The growing risk of worldwide water shortages is worse than scientists previously thought, according to a new study.
More than 70 percent, which is 4 billion people, of the world’s population lives without sufficient access to fresh water for at least one month of the year, according to a new paper published Friday in the journal Science Advances.
Artist Joel Krebs envisions a disastrous drought that leaves world landmarks without water. Krebs imagines a complete climate shift, where an epic drought dries up the world’s great landscapes.
Evgeny Kazantsev presents a surreal look at what our cities and surroundings might look like in catastrophic conditions. The series imagines a pattern of extreme weather changes, forcing the earth’s natural and urban landscapes into ruin and disrepair. Beloved landmarks, towns and touristic sites are afflicted by heat waves, ice storms and droughts, leaving each in a state of decay and degeneration. Mesmerizing images. Follow the link above to see them. I selected two images related to drought:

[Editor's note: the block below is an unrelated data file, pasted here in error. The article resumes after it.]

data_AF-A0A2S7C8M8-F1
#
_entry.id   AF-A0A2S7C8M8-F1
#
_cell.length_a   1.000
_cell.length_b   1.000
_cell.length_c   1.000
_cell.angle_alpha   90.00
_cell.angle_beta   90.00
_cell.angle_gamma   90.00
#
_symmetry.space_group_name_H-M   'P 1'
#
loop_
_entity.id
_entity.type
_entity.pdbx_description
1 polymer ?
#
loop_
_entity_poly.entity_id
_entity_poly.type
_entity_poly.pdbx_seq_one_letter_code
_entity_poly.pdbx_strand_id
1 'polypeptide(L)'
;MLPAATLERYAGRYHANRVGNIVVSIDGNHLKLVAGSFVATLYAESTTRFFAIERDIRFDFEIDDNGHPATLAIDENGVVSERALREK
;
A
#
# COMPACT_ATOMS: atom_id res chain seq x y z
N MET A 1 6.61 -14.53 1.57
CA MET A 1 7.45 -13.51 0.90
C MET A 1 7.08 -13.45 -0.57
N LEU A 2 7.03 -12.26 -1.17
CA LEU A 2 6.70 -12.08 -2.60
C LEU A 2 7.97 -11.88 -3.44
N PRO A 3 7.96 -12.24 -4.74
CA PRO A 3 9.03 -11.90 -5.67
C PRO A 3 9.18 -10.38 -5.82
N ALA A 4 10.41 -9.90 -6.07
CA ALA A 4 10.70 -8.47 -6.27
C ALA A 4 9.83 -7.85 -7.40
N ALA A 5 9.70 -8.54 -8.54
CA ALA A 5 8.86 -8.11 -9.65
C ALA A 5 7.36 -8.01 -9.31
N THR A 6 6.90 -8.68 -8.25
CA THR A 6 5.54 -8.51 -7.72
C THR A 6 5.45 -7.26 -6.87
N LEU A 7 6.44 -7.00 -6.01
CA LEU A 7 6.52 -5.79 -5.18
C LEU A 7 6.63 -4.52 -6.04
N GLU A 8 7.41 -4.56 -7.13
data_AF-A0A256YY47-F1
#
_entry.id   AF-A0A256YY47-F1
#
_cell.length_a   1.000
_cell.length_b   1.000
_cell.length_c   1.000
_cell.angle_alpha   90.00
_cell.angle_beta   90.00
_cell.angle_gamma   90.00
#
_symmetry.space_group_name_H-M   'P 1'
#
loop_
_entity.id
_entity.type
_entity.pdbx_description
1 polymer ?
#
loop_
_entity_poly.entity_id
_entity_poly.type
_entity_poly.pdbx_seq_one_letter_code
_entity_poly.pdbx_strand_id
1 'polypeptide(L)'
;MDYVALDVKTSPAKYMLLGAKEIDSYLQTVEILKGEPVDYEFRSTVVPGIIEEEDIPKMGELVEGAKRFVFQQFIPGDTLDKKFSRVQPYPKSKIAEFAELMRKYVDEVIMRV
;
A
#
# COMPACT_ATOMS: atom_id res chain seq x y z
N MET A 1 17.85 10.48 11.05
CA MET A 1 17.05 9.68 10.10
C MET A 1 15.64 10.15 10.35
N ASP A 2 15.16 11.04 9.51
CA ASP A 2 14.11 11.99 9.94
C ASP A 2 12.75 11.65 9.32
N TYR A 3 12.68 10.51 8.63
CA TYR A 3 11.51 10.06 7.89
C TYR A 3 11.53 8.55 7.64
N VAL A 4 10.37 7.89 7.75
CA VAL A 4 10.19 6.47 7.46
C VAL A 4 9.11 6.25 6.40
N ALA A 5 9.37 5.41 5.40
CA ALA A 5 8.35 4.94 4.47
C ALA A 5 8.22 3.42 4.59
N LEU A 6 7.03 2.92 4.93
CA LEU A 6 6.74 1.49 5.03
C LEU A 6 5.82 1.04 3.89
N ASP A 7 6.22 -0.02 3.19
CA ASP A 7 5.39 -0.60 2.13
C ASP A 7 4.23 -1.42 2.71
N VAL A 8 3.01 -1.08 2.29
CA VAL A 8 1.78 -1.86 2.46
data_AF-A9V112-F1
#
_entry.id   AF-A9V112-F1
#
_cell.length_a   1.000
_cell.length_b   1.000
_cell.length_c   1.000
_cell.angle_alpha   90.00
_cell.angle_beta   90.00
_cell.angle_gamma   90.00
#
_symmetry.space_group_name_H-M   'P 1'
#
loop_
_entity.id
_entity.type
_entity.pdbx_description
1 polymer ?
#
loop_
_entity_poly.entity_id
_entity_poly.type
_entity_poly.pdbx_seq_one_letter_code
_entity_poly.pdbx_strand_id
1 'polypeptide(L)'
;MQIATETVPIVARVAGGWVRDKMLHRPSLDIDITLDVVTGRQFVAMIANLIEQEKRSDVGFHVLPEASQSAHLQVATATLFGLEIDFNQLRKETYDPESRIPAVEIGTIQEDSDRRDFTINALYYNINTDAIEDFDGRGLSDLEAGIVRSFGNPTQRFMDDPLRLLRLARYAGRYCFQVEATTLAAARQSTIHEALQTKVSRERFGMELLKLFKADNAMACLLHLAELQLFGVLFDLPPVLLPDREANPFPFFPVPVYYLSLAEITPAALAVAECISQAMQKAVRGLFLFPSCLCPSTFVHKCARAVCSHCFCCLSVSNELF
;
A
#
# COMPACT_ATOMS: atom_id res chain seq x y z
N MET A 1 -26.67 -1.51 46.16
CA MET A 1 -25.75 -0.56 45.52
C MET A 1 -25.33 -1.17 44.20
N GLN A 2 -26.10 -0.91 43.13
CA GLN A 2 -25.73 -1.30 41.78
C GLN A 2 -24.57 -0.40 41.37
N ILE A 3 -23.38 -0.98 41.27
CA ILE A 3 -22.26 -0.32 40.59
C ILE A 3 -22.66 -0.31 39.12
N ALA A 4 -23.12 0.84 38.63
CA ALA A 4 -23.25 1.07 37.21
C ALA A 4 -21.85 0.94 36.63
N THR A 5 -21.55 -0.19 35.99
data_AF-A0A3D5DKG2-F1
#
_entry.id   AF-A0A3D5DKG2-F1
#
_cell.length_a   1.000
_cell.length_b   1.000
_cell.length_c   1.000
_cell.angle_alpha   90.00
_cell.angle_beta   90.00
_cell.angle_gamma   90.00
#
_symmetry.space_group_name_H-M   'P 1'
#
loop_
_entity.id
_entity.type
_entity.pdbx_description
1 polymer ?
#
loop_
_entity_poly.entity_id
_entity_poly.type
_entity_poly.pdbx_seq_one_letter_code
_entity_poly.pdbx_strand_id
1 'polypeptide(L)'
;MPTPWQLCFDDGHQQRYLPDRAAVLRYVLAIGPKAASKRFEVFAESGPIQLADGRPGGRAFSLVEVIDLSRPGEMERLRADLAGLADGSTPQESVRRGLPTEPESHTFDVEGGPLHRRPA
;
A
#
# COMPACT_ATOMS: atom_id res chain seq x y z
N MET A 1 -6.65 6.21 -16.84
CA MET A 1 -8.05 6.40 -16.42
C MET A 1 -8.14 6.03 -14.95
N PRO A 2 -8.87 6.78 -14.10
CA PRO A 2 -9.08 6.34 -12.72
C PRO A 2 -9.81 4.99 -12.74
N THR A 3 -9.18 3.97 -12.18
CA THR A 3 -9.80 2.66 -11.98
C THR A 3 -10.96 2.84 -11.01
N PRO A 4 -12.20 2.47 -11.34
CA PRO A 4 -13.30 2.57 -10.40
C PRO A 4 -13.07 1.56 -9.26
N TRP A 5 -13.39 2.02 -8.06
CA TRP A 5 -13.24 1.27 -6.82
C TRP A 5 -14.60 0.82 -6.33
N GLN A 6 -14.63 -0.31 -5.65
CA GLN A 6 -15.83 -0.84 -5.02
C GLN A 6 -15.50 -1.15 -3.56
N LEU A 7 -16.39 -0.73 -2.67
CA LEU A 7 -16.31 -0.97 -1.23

Articles — only a few of many — about water shortage and research on the subject:
- New research could predict catastrophic droughts in the Central Andes
- Where Catastrophic Droughts and Floods Are Bound to Happen in the U.S.
- California’s water supply headed for collapse in just one year; state has “no contingency plan” – NASA scientist
- DROUGHT – Technical Hazard Sheet – Natural Disaster Profiles
- Global Water Shortage Risk Is Worse Than Scientists Thought